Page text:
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Why winning the Open Cup is more important than you think

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A 102-year old trophy would be a prized possession for any team

Tomorrow evening FC Dallas will play in their first Open Cup Final in nearly a decade and will have the chance to win their first major trophy in nearly 20 years. The Open Cup is America’s oldest major sports trophy, having been founded in 1914 when it was known as the National Challenge Cup. In 2016, 91 teams competed for a chance to win the trophy, in a single elimination format that has basically welcomed nearly every conceivable soccer team on US soil.

In a move to honor one of US soccer’s most important figures, US Soccer changed the name of the tournament to the Lamar Hunt US Open Cup. If that name seems familiar it’s because Lamar Hunt owned FC Dallas from 2003 until his passing in 2006 and now the club is owned by the Hunt family. He is also honored before every home match by a scarfing ceremony where the club chooses an honorary scarfer to wrap an FC Dallas scarf around the Lamar Hunt statue. This won’t give the Hunt family justice, but in short, he basically single-handidly kept soccer alive in America by financially backing MLS during its infancy and kept things afloat to a flourishing league that we have now. In other words, no Lamar Hunt, probably means no MLS or professional soccer here in America.

Because of the legacy and that the trophy bares the name of the club’s owner, there is extra significance for FC Dallas to bring home this trophy despite it’s lack of allure compared to other trophies. All things considered equal, I would personally put the Supporter’s Shield, MLS Cup over the US Open Cup in terms of value. Because of the scheduling, it is also why most MLS teams will field their youth players in the opening rounds. If they advance, great. If not, then the kids got some valuable experience and the team can focus on the MLS regular season. It becomes a bit of a “roll-the-dice” scenario which, to me, overemphasizes luck than observing the full body of work over the course of the season.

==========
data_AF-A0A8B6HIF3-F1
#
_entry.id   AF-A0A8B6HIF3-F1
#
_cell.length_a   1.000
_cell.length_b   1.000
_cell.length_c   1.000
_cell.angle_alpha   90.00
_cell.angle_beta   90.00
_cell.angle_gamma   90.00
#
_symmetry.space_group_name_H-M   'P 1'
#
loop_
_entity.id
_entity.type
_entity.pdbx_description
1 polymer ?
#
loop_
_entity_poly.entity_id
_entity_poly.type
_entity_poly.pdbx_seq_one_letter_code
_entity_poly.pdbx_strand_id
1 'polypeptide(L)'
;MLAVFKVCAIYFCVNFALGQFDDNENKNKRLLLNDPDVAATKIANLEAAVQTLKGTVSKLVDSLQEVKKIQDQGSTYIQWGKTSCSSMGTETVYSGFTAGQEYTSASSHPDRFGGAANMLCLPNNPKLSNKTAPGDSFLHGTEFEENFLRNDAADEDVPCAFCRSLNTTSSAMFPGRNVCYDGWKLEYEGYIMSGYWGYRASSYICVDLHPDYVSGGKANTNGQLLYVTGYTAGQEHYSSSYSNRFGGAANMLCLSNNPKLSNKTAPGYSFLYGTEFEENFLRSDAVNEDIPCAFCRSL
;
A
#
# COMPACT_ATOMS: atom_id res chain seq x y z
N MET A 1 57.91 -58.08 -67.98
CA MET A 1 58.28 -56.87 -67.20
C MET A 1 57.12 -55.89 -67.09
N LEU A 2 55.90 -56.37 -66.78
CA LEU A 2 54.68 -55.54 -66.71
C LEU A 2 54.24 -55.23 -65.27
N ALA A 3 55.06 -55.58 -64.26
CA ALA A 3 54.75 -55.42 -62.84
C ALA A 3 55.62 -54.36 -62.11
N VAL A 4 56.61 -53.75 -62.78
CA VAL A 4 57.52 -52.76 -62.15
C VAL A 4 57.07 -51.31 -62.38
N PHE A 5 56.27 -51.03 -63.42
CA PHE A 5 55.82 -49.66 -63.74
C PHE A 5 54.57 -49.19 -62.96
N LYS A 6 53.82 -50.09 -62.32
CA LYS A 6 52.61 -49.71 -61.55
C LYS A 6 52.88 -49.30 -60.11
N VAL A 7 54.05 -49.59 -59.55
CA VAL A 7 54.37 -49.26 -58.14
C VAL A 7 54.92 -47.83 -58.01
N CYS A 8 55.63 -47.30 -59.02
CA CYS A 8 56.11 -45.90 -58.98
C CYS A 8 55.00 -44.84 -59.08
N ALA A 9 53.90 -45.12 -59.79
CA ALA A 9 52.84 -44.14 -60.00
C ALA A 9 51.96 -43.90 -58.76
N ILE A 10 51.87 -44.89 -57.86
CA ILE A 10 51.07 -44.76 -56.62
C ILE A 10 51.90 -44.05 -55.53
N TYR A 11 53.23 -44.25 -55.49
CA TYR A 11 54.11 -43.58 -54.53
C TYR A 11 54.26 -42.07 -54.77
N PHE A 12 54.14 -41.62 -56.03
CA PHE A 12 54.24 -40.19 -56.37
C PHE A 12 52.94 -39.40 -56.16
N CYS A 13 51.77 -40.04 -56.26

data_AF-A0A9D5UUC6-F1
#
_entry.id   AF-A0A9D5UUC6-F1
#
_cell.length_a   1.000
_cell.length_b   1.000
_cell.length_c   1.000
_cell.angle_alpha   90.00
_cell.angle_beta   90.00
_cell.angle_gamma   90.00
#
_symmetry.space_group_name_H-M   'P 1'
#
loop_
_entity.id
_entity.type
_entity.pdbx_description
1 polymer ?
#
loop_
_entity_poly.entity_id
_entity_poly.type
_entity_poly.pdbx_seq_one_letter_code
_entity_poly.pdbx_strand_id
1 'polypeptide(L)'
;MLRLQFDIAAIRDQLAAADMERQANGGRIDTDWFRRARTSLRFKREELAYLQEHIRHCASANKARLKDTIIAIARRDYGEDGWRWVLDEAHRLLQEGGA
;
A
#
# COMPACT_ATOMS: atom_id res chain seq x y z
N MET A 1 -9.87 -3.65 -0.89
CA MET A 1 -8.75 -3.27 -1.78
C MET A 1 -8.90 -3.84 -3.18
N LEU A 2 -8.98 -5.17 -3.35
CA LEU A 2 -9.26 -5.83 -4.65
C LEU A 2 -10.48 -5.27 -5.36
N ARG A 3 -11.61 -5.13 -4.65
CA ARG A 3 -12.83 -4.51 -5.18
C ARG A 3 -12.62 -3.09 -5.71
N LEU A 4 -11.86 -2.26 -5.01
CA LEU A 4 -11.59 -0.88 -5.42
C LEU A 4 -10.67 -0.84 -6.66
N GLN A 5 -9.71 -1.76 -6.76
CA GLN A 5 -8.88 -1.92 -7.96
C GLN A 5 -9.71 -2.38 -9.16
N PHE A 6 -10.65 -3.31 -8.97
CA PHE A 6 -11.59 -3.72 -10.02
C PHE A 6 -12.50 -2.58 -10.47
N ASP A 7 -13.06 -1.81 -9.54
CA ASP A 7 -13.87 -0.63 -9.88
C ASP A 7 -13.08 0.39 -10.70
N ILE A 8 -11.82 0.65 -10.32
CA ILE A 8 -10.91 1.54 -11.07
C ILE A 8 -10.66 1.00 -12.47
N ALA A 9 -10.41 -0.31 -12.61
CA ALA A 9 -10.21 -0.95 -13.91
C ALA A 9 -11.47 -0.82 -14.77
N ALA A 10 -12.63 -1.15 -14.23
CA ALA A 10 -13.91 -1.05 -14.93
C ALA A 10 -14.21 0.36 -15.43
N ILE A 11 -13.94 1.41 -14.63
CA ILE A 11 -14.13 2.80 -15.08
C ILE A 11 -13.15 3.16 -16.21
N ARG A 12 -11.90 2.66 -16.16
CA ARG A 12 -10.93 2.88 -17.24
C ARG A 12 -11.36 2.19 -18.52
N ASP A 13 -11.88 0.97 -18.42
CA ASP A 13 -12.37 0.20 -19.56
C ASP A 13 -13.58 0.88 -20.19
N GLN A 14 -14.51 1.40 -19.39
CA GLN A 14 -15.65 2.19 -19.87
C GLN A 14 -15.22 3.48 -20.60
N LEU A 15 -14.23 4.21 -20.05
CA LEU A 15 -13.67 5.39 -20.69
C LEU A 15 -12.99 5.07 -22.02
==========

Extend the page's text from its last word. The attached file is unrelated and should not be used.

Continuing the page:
But things are not always equal, especially in this case with Dallas in the Final and also simultaneously contending for the Supporter’s Shield. Oscar Pareja opted to rest some key starters on Saturday - despite it coming against the Colorado Rapids who are also in contention for the Shield - and did so with Tuesday’s final in mind. For one of the original MLS clubs that launched with the league in 1996, Dallas’ trophy cabinet is one of the more barren in the league. Of the three major domestic trophies (Shield, MLS Cup, Open Cup), Dallas only has one in their 20+ years of existence. Ironically enough, it’s Tuesday’s opponent, the New England Revolution, who share in the abysmal trophy haul with Dallas with also one major trophy. Fun note, New England’ solo trophy was also the Open Cup in 2007, courtesy of defeating Dallas in the finals.

As we near the end of the third year under Pareja’s helm and his “FC Dallas Way” of playing the kids and developing professionals for the future, the time to win is now. This may be a year or two sooner than he had envisioned, but the team is here and is on the cusp of winning something significant. If FC Dallas wants to be treated and seen as a major sports player in the DFW metroplex, it starts changing that narrative by winning tomorrow night.